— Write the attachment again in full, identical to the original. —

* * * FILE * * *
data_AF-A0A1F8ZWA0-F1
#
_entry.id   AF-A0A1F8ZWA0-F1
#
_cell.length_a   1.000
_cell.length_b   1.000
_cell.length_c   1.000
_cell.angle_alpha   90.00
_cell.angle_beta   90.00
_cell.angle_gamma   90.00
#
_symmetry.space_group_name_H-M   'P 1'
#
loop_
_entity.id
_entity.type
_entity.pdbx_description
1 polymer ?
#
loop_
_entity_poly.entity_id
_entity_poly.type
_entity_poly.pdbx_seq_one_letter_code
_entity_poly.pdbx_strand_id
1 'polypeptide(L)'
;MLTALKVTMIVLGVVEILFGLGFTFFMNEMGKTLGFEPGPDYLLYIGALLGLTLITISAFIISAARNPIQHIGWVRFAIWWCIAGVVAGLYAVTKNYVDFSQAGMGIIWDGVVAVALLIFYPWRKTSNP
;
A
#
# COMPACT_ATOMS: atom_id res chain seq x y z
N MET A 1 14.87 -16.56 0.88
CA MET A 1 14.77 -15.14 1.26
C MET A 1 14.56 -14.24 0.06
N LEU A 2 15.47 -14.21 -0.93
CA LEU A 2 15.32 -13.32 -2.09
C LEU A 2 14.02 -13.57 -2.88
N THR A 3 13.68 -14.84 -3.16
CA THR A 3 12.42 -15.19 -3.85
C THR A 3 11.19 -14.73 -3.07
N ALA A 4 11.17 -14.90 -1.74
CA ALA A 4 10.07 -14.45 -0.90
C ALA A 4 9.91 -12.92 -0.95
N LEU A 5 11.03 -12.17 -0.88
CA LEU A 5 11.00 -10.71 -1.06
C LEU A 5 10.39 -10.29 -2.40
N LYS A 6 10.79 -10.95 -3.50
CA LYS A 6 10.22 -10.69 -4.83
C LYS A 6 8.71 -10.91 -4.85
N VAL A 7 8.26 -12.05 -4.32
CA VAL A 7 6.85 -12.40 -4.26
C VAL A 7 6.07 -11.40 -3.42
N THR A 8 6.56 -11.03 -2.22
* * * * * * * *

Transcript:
data_AF-A0A1F8ZWA0-F1
#
_entry.id   AF-A0A1F8ZWA0-F1
#
_cell.length_a   1.000
_cell.length_b   1.000
_cell.length_c   1.000
_cell.angle_alpha   90.00
_cell.angle_beta   90.00
_cell.angle_gamma   90.00
#
_symmetry.space_group_name_H-M   'P 1'
#
loop_
_entity.id
_entity.type
_entity.pdbx_description
1 polymer ?
#
loop_
_entity_poly.entity_id
_entity_poly.type
_entity_poly.pdbx_seq_one_letter_code
_entity_poly.pdbx_strand_id
1 'polypeptide(L)'
;MLTALKVTMIVLGVVEILFGLGFTFFMNEMGKTLGFEPGPDYLLYIGALLGLTLITISAFIISAARNPIQHIGWVRFAIWWCIAGVVAGLYAVTKNYVDFSQAGMGIIWDGVVAVALLIFYPWRKTSNP
;
A
#
# COMPACT_ATOMS: atom_id res chain seq x y z
N MET A 1 14.87 -16.56 0.88
CA MET A 1 14.77 -15.14 1.26
C MET A 1 14.56 -14.24 0.06
N LEU A 2 15.47 -14.21 -0.93
CA LEU A 2 15.32 -13.32 -2.09
C LEU A 2 14.02 -13.57 -2.88
N THR A 3 13.68 -14.84 -3.16
CA THR A 3 12.42 -15.19 -3.85
C THR A 3 11.19 -14.73 -3.07
N ALA A 4 11.17 -14.90 -1.74
CA ALA A 4 10.07 -14.45 -0.90
C ALA A 4 9.91 -12.92 -0.95
N LEU A 5 11.03 -12.17 -0.88
CA LEU A 5 11.00 -10.71 -1.06
C LEU A 5 10.39 -10.29 -2.40
N LYS A 6 10.79 -10.95 -3.50
CA LYS A 6 10.22 -10.69 -4.83
C LYS A 6 8.71 -10.91 -4.85
N VAL A 7 8.26 -12.05 -4.32
CA VAL A 7 6.85 -12.40 -4.26
C VAL A 7 6.07 -11.40 -3.42
N THR A 8 6.56 -11.03 -2.22